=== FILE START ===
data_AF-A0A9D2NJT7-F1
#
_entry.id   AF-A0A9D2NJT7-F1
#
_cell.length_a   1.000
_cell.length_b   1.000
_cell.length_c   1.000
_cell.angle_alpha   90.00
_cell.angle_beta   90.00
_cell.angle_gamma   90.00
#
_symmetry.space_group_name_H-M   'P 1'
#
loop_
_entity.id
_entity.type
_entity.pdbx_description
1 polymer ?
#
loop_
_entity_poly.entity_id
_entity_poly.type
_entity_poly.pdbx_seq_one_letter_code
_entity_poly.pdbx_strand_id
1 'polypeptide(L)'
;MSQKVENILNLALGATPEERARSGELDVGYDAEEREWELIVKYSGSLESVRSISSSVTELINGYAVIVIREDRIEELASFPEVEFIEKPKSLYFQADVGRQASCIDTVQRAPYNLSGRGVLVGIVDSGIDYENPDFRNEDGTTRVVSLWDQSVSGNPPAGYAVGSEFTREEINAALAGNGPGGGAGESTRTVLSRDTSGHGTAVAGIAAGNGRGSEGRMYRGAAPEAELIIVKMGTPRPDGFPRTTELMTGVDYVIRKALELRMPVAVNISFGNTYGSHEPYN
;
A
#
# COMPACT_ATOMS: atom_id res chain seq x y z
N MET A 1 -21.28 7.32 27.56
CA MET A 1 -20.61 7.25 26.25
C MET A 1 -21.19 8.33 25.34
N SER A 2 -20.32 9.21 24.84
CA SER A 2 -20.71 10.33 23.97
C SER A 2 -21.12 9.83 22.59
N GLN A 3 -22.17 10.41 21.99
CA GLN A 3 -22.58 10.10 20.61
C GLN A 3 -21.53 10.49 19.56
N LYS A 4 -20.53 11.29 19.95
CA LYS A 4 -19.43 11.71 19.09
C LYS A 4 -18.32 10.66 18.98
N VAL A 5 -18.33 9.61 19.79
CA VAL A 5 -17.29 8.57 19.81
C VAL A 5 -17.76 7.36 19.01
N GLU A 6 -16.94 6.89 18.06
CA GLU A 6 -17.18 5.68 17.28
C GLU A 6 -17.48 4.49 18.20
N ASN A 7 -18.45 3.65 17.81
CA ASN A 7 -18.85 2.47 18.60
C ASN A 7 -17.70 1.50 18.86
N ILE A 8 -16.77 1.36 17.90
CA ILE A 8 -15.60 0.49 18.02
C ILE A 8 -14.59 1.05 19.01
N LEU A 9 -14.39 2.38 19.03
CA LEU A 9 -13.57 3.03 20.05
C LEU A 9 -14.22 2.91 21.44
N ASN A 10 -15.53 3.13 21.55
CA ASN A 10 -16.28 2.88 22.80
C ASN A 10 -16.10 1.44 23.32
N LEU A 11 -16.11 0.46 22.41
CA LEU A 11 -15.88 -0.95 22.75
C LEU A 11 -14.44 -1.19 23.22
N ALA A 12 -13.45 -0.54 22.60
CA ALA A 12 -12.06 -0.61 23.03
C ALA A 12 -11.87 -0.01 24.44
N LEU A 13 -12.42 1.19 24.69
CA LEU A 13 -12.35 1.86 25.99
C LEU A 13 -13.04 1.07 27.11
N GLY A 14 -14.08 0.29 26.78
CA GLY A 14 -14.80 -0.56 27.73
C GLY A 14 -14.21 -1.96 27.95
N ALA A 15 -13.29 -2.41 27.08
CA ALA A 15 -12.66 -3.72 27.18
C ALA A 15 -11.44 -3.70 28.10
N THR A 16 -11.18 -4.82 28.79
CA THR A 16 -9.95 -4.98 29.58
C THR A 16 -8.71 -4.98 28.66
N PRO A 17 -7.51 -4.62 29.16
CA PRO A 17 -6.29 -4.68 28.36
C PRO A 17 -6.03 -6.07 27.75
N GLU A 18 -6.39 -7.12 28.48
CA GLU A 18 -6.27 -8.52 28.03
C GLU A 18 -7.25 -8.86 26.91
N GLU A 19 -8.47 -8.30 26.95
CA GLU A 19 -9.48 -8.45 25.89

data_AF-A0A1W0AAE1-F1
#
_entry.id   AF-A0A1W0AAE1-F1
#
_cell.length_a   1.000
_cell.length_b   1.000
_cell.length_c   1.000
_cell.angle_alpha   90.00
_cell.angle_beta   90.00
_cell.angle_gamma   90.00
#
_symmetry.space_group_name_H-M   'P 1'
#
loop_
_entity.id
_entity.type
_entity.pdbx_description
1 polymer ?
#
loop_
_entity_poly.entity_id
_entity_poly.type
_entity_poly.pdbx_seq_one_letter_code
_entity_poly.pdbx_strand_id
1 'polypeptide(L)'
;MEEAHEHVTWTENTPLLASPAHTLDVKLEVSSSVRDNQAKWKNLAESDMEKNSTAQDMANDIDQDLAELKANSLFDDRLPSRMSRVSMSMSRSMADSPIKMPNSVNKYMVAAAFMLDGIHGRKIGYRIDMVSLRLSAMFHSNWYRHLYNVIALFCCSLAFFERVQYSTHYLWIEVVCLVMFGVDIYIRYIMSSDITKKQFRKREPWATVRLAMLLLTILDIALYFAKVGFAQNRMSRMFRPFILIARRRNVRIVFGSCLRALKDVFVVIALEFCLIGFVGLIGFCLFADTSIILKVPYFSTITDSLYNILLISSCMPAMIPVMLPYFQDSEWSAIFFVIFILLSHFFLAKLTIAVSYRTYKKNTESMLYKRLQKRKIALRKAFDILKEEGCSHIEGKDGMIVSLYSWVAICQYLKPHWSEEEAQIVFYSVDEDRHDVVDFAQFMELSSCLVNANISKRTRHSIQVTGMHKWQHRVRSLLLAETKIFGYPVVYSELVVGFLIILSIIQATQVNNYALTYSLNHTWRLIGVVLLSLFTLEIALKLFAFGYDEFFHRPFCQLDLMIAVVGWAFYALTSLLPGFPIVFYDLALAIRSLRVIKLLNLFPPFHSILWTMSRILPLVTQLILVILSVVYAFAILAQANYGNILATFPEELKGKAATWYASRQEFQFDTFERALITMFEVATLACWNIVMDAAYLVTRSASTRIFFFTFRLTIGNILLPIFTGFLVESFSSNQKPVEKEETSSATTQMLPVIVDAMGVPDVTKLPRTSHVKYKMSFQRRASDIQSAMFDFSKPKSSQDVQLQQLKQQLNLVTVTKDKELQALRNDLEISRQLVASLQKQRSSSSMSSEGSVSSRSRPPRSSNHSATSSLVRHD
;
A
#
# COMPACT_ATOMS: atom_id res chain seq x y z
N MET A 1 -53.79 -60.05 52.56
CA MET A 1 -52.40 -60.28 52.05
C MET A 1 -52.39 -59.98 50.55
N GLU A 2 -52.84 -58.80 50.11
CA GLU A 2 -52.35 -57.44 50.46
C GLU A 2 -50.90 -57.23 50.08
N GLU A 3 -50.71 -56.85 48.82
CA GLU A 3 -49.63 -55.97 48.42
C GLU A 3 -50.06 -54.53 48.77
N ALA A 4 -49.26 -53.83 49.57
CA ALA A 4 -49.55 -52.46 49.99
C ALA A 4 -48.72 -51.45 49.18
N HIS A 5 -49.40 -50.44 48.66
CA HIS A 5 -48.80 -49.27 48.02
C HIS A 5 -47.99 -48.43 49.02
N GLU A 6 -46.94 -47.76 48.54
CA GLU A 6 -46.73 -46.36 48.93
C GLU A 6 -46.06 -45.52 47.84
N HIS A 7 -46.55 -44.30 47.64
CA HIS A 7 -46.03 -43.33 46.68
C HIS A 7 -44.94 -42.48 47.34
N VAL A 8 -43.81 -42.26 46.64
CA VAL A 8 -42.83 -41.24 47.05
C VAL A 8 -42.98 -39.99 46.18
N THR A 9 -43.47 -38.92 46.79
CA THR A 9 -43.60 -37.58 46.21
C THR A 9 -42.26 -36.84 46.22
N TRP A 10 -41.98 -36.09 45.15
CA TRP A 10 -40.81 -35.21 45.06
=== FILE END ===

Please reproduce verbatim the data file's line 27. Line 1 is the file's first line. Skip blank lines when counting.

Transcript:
;